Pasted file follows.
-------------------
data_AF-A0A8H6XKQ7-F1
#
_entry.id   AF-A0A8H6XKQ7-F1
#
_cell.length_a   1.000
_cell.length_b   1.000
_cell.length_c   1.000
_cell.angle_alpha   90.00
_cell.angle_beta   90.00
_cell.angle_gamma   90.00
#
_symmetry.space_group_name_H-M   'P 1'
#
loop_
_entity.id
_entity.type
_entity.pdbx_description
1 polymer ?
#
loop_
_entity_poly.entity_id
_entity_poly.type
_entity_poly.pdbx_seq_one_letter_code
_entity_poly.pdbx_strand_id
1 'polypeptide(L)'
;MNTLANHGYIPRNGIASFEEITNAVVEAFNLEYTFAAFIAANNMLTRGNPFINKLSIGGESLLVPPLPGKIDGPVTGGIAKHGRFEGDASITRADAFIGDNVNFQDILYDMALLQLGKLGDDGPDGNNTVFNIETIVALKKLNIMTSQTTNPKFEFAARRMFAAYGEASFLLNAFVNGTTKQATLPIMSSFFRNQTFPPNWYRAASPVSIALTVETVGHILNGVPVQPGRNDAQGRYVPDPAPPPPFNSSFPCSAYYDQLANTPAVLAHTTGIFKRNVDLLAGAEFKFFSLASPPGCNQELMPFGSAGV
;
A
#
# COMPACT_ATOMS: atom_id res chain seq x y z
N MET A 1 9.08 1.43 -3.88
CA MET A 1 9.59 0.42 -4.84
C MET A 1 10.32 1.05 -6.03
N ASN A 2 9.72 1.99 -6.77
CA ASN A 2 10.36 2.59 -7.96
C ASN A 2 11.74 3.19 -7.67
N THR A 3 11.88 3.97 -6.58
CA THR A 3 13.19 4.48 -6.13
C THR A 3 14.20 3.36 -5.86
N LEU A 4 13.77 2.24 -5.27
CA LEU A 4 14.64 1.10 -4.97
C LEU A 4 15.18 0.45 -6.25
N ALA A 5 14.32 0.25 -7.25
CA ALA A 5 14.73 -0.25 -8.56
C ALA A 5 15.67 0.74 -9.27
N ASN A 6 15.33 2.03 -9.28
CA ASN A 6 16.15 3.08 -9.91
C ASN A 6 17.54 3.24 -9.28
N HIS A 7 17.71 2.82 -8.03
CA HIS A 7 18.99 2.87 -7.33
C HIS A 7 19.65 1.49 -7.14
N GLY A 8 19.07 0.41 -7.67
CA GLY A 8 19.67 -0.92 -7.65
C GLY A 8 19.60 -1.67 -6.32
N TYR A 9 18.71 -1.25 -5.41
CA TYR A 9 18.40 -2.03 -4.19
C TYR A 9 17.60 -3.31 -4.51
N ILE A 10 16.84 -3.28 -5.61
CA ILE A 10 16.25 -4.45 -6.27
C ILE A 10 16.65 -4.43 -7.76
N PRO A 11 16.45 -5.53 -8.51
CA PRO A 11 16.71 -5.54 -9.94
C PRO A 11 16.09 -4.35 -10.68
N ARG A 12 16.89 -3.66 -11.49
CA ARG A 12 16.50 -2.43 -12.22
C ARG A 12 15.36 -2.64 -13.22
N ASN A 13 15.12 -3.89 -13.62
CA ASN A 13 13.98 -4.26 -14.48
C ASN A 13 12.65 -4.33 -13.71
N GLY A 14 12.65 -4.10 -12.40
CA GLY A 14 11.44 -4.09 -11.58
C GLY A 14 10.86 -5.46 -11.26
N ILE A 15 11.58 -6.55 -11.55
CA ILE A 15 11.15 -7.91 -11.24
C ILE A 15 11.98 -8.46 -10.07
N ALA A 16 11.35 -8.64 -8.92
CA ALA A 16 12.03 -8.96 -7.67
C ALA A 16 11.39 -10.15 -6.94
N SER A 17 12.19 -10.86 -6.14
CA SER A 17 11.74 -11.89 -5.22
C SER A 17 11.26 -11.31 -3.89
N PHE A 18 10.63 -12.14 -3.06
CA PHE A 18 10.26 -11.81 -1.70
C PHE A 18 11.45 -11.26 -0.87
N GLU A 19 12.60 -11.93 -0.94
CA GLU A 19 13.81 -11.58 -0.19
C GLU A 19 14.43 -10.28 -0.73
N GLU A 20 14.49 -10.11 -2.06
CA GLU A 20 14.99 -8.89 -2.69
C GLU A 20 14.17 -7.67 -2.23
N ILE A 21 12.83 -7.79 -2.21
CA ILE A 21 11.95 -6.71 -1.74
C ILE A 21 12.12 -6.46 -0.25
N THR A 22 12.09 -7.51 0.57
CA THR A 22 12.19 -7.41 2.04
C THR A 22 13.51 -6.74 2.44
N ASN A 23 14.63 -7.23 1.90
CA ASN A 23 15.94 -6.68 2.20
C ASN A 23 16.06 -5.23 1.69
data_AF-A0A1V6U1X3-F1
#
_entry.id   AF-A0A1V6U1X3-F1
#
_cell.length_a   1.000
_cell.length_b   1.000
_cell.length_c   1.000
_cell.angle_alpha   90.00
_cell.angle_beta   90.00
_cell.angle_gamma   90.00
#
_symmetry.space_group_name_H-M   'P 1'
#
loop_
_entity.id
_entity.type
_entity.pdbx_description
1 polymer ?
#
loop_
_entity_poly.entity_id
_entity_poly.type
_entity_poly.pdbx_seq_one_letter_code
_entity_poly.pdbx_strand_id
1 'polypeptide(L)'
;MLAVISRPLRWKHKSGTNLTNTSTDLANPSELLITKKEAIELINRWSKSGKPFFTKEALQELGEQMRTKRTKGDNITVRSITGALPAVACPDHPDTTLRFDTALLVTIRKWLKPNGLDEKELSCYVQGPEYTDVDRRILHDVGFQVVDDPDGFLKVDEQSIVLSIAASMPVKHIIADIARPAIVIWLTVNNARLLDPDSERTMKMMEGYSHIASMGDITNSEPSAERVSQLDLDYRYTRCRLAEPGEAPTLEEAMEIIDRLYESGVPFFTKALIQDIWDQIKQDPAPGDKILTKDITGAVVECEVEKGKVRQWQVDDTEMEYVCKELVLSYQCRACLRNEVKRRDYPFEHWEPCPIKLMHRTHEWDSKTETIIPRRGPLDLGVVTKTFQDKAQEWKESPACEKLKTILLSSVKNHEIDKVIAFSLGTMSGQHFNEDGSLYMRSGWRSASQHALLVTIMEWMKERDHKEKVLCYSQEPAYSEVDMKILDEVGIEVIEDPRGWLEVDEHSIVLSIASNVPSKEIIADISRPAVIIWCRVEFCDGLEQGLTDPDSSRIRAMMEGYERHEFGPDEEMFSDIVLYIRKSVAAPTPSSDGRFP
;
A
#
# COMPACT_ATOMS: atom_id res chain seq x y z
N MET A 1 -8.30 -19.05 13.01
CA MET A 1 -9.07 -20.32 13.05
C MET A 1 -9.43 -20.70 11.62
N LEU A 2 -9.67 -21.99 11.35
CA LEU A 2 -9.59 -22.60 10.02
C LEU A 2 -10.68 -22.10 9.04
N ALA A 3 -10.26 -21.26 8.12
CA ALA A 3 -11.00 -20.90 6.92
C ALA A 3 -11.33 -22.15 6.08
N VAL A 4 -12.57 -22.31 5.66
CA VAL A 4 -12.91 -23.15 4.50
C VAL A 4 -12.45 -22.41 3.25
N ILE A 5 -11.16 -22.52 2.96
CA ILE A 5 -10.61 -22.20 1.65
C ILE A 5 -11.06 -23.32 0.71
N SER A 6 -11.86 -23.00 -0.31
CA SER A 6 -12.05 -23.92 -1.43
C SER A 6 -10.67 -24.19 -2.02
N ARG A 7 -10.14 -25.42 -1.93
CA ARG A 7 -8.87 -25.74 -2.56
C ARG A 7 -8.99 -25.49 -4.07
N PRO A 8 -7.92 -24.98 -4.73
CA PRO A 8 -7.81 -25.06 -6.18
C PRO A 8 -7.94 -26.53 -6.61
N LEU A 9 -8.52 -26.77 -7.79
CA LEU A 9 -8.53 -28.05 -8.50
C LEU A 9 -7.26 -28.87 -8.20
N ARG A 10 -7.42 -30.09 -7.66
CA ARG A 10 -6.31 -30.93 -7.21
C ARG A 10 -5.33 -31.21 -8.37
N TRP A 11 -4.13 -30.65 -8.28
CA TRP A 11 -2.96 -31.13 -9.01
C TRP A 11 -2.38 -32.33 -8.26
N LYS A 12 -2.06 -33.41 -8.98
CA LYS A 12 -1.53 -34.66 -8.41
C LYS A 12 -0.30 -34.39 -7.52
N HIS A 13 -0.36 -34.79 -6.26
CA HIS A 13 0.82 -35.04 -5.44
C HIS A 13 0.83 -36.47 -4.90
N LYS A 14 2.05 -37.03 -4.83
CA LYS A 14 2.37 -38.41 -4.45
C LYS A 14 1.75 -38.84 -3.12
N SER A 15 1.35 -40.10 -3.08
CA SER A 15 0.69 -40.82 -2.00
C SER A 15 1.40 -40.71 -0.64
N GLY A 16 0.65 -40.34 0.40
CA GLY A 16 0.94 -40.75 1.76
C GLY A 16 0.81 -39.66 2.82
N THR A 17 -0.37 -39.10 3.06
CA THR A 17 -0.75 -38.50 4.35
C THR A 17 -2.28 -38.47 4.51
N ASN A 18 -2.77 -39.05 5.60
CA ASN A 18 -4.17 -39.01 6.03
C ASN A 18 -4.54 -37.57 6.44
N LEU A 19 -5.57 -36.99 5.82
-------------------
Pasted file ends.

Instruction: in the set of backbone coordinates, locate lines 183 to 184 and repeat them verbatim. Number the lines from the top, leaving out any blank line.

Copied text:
C ASN A 18 -4.54 -37.57 6.44
N LEU A 19 -5.57 -36.99 5.82